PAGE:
by Robert Brow


The problem with this Epistle is not a question of the right exegesis, but of trying to see what Jude is about, and why it should be part of the canon. A first step is to note the model of impending judgment around which the Epistle is structured:

-kurios laon ex gys Aiguptou sosas to deuteron tous my pisteusantas apolesen- having saved a people out of Egypt the Lord (see v.4) later destroyed those who did not believe (Jude 5).

Sodom and Gomorrah -prokeintai deigma puros aioniou dikyn upechousin- undergo punishment to serve as a model of eternal fire (Jude 7). -ty plany tou Balaam misthou exechthysan kai ty antilogia tou Kore apolonto- abandoned themselves for gain to the error of Balaam and were destroyed in the rebellion of Kora ( Jude 7).

-asteres planytai, ois o zophos tou skotous eis aiona- wandering stars, for whom the deepest darkness has been reserved forever (Jude 13). -poiysai krisin kata panton- to execute judgment on all (Jude 15). -ep' eschatou tou chronou- (Jude 18). -sozete ek puros arpazontes- snatching them out of the fire (Jude 23).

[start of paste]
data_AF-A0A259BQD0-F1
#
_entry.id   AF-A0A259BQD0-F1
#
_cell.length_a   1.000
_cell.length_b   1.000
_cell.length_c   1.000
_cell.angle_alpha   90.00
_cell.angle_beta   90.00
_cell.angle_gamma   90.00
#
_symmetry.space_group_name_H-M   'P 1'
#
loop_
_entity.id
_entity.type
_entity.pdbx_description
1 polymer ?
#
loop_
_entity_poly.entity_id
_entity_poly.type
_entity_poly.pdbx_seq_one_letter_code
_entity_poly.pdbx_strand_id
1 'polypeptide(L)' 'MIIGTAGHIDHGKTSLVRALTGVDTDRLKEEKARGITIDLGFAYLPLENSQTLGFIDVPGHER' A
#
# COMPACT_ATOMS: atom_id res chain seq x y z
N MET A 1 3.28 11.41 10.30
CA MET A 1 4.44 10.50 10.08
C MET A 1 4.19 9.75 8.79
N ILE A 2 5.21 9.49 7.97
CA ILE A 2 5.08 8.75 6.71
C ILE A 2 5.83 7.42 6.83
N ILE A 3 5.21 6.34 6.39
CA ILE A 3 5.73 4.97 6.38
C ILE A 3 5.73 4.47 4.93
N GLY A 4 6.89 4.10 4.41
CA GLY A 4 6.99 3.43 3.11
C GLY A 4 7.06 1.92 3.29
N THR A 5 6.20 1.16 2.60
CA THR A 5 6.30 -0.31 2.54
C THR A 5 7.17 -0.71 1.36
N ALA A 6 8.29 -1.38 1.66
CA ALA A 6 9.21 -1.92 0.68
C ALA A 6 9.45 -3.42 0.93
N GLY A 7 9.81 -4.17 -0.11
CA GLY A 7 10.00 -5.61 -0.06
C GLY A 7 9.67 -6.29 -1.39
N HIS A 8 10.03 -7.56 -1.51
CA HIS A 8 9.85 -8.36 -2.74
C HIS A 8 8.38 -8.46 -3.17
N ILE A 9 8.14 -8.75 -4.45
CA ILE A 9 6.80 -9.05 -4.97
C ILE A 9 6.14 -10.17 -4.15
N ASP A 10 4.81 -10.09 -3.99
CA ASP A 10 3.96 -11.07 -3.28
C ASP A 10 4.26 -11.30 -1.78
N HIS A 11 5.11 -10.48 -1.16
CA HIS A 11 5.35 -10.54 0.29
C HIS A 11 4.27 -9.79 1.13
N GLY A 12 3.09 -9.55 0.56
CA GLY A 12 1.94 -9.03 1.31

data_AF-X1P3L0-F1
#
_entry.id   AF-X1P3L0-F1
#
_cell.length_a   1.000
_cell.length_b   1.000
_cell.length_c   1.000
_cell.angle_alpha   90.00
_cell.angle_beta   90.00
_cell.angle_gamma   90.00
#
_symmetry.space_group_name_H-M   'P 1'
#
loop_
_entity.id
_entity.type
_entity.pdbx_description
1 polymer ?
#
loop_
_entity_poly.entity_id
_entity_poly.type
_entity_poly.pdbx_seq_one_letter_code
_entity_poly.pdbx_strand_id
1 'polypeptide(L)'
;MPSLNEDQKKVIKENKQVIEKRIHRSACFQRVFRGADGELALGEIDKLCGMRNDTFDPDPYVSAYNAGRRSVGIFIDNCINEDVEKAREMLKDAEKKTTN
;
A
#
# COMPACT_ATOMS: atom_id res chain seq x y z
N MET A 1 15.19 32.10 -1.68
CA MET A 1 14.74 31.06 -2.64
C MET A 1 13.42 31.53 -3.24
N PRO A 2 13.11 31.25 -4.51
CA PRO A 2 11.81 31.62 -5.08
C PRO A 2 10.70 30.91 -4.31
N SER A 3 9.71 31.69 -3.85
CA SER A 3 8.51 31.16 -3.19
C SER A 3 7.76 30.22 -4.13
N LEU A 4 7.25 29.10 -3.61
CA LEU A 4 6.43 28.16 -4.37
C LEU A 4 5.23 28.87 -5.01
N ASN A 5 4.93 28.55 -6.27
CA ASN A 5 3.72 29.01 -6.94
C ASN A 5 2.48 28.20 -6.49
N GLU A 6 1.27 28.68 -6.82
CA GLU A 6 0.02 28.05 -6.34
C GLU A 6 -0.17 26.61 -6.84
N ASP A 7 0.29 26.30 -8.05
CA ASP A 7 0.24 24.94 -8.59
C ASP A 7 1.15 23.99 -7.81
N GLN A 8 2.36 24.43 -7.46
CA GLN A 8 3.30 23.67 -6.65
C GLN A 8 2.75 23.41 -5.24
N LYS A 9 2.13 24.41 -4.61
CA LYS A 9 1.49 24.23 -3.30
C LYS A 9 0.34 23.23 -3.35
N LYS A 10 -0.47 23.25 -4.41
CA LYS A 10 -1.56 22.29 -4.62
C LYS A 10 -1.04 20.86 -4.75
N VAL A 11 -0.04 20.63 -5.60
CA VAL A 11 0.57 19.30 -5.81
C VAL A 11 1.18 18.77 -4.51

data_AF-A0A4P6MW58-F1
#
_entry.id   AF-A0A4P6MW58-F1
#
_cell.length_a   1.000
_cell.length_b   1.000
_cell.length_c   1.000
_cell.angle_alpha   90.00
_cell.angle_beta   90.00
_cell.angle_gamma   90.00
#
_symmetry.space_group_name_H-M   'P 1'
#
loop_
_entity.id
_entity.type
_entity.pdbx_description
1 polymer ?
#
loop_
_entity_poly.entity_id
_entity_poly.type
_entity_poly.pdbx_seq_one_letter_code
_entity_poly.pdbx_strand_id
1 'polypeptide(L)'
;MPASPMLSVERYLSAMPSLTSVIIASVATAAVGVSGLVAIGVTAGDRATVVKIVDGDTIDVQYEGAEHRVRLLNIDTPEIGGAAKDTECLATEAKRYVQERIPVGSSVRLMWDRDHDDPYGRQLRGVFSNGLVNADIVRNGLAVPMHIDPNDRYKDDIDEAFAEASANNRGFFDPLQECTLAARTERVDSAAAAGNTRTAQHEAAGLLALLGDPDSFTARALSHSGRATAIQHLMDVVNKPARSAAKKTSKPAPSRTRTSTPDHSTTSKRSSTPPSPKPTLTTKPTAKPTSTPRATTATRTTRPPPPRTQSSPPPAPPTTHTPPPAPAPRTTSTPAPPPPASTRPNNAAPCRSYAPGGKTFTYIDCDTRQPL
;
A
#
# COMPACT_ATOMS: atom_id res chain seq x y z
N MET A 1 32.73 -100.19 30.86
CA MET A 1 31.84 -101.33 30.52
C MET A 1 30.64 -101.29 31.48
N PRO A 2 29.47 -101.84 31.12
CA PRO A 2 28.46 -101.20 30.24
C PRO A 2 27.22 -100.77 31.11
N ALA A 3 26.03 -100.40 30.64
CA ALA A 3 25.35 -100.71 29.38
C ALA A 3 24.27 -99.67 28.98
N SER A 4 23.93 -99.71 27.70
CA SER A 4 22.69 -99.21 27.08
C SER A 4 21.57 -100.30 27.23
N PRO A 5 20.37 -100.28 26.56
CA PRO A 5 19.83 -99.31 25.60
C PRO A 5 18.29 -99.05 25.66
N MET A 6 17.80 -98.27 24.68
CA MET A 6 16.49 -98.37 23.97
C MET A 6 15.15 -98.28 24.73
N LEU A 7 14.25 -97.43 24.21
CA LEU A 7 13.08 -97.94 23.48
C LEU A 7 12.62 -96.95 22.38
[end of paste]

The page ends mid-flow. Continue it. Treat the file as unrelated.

The question then is what time period did Jude have in mind? There is no indication of this in the Epistle, but the depraved situation that is pictured is surprisingly similar to 2 Peter. In both we find false teachers (Jude 3- 4), people entangled again after the Exodus (Jude 5), licentiousness and the sins of Sodom and Gormorrah (Jude 7. 18), slander (Jude 8), irrational behaviour (Jude 10), the way of Balaam (Jude 11), scoffers (Jude 18).

Under 2 Peter it seemed that the most plausible model for the destruction by fire was a metaphor (among many others used in Matthew 24, Mark 13) for the end of Jerusalem. If that was the expected judgment in 2 Peter, then it seems that Jude was also writing under the shadow of the imminent end of the Jewish civilization in AD 70.

 Revelations .....